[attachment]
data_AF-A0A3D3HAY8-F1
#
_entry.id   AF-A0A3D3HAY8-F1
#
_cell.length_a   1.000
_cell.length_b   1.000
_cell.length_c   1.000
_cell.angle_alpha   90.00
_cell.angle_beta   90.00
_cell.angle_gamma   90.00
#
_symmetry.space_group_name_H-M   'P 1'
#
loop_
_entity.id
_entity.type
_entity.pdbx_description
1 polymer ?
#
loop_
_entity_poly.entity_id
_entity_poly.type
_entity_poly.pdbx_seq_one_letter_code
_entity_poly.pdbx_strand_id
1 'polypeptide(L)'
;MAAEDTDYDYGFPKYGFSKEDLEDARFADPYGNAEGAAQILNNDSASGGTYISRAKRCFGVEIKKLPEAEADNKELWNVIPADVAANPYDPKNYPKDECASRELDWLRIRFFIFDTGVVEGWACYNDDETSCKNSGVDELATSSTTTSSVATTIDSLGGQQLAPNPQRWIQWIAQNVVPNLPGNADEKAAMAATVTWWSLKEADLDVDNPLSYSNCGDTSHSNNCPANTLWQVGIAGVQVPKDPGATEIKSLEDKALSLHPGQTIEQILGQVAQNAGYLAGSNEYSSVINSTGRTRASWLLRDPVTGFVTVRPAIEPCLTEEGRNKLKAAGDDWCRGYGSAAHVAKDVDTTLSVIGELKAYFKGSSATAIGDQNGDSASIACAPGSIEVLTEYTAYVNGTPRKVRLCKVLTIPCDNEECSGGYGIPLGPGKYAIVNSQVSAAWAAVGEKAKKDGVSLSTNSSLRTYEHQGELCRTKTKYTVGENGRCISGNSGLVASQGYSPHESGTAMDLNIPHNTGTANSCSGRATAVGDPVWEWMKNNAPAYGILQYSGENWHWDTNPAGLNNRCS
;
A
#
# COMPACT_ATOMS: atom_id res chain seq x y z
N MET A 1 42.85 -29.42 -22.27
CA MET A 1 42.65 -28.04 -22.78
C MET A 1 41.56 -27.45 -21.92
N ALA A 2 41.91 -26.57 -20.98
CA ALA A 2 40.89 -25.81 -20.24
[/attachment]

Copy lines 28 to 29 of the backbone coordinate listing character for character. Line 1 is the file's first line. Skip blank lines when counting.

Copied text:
A
#